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Allegrini 2018

THE WINE SECTOR ALSO INCLUDES THE INDUSTRY OF BOTTLES, CARTONS, CAPS AND LABELS, WHICH IN 2020 WILL BE WORTH 22.8 BILLION DOLLARS, CONSIDERING THE GROWTH RATE OF 2.3% PER YEAR AND THANKS TO A CONTINUOUS INCREASE IN GLOBAL PRODUCTION

Wine, like all the major economic sectors in the world, has a parallel industry made of bottles, cartons, caps and labels that in 2020 will be worth something like 22.8 billion dollars, considering the growth rate of 2.3% per year and thanks also to the continuous increase in global wine production. This is despite the decline in per capita consumption in the Old World, where 60% of the wine produced in the world is drunk and 60% of Bacchus’ nectar is produced. The sector is experiencing big changes that result in great opportunities for the packaging industry, presented in the study by "The Freedonia Group" of Cleveland, titled "World Wine Packaging: Containers, Closures & Accessories" (www.freedoniagroup.com).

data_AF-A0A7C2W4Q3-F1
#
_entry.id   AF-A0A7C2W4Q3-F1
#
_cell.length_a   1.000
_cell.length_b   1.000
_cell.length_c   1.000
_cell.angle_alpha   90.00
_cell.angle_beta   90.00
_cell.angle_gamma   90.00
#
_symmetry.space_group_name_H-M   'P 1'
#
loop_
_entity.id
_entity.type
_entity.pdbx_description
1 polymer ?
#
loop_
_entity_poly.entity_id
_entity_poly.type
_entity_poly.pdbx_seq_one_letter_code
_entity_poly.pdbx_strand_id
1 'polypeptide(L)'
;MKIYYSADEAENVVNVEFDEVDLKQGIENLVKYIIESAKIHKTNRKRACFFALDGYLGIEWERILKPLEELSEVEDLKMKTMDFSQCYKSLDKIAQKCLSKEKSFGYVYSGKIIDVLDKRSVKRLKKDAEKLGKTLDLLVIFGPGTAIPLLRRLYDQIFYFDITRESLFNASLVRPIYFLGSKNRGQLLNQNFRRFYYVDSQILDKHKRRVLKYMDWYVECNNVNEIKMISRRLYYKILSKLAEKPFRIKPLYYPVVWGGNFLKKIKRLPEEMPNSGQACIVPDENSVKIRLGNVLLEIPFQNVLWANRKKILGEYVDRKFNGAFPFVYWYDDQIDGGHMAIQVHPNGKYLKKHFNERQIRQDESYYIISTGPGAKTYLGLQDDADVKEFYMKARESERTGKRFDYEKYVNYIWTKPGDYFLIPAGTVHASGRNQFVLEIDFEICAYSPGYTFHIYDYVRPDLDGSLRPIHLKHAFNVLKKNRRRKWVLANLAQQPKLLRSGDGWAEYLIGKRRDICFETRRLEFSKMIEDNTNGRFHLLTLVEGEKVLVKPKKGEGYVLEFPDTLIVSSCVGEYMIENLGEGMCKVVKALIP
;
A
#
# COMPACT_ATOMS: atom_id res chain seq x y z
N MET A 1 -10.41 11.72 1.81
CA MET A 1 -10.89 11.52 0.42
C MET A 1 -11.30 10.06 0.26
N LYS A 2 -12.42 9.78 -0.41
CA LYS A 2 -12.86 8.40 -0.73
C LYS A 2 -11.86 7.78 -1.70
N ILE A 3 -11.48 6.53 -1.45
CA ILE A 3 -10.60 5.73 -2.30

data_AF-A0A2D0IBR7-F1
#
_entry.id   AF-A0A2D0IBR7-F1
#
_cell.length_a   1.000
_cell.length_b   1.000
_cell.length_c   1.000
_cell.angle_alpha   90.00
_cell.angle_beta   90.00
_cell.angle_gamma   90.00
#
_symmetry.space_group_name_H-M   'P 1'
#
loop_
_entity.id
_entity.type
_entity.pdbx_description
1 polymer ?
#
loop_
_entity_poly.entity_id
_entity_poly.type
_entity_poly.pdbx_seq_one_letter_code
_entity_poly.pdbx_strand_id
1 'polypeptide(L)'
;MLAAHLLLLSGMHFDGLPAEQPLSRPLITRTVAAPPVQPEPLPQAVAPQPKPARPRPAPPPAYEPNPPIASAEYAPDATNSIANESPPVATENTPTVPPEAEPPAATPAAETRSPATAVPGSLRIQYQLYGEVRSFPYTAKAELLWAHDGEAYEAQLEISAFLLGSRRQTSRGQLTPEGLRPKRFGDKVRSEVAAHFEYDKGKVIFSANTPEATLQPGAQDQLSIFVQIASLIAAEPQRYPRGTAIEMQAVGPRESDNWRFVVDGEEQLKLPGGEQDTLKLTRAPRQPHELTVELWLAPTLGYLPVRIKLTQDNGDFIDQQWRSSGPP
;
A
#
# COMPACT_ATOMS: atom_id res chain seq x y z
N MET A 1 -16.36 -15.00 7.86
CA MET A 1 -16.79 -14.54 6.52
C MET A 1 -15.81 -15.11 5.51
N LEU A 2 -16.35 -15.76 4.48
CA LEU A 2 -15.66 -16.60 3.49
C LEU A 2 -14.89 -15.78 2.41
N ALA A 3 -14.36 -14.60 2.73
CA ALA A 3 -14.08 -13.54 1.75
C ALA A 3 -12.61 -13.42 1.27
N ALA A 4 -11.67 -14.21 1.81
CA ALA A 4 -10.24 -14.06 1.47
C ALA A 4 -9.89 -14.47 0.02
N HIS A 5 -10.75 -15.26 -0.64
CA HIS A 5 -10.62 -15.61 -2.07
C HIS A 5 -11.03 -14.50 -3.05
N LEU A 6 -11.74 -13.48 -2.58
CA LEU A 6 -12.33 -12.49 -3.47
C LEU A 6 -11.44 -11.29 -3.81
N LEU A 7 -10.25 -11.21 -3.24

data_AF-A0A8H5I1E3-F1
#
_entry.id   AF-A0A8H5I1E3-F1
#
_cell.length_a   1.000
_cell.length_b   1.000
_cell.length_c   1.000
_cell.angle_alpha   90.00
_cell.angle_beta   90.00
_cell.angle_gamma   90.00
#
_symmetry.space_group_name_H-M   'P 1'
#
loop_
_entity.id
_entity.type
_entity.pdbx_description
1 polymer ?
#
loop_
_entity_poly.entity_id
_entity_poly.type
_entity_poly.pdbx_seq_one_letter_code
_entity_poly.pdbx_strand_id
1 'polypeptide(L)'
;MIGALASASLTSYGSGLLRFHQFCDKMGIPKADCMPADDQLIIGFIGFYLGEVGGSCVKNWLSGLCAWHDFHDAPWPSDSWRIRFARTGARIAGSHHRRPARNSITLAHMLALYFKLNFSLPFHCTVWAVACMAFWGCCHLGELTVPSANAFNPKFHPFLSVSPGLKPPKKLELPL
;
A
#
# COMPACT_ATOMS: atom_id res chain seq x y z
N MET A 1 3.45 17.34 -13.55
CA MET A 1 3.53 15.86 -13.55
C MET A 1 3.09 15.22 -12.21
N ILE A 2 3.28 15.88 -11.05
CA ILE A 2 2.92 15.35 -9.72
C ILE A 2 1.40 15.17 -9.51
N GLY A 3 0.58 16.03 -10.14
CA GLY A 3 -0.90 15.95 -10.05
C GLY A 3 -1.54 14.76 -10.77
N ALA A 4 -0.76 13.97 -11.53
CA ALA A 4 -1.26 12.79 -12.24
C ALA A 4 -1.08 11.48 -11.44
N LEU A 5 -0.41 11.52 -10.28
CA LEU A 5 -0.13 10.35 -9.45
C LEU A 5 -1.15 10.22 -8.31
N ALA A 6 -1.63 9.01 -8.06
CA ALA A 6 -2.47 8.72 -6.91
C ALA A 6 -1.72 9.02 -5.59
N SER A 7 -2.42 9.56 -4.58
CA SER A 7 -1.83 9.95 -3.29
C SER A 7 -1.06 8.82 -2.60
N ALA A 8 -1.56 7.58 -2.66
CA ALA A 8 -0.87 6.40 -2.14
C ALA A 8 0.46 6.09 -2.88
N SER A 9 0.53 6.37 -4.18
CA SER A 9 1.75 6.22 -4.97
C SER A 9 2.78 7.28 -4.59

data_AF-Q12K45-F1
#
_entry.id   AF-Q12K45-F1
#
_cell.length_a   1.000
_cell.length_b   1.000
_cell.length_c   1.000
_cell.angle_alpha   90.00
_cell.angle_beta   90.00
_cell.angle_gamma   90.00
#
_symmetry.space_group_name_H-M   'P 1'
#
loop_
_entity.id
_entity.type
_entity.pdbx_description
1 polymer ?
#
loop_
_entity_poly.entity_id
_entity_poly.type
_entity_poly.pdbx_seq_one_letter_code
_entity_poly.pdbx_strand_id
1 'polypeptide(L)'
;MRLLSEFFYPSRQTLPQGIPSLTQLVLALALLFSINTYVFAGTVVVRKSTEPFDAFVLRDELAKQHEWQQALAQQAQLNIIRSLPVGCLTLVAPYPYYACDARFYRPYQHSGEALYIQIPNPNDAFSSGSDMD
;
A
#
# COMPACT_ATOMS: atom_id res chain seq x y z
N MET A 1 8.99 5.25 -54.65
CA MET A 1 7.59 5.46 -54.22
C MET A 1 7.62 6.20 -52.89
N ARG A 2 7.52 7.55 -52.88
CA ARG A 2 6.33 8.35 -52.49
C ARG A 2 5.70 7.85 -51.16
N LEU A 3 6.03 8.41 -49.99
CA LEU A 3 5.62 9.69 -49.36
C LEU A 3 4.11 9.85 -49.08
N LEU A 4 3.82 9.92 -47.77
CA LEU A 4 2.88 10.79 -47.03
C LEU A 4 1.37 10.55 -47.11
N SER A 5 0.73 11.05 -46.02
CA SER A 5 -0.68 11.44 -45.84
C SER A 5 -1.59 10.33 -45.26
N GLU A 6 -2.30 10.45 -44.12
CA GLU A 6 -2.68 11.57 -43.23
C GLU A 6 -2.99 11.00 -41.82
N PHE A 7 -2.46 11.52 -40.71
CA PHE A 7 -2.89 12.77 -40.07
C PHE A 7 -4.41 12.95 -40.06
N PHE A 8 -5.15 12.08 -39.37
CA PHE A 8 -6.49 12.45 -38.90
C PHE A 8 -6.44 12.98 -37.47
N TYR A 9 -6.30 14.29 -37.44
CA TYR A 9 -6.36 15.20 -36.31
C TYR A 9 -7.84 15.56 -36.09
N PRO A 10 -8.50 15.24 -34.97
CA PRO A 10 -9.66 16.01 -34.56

The study shows that glass is apparently still the preferred container for wine: 85% of the total production of wine in 2015 went into glass bottles. This percentage is likely to go way down in coming years as alternative containers that are less heavy and therefore less expensive like bag-in-box, cans and plastic bottles start to take over. Europe will still be the point of reference, but will lose some ground to the North American and Asian markets, which represent the best opportunities, starting from the United States and China, and not forgetting Australia and New Zealand, where wine is becoming increasingly central in eating habits.
Australia is the market that effectively represents the changes underway. As a producing country and the largest wine exporter, it has chosen bag in box wines for daily consumption, but still uses lots of glass for superior quality wines, while often preferring cork closures to the alternative ones such as screw caps, and lighter formats to reduce costs, especially towards receptive countries like Britain. Therefore, more space to bulk wine shipments, which affect other producers, from Spain to South Africa, Chile and Australia as well, whose wines are then bottled when they arrive at destination.

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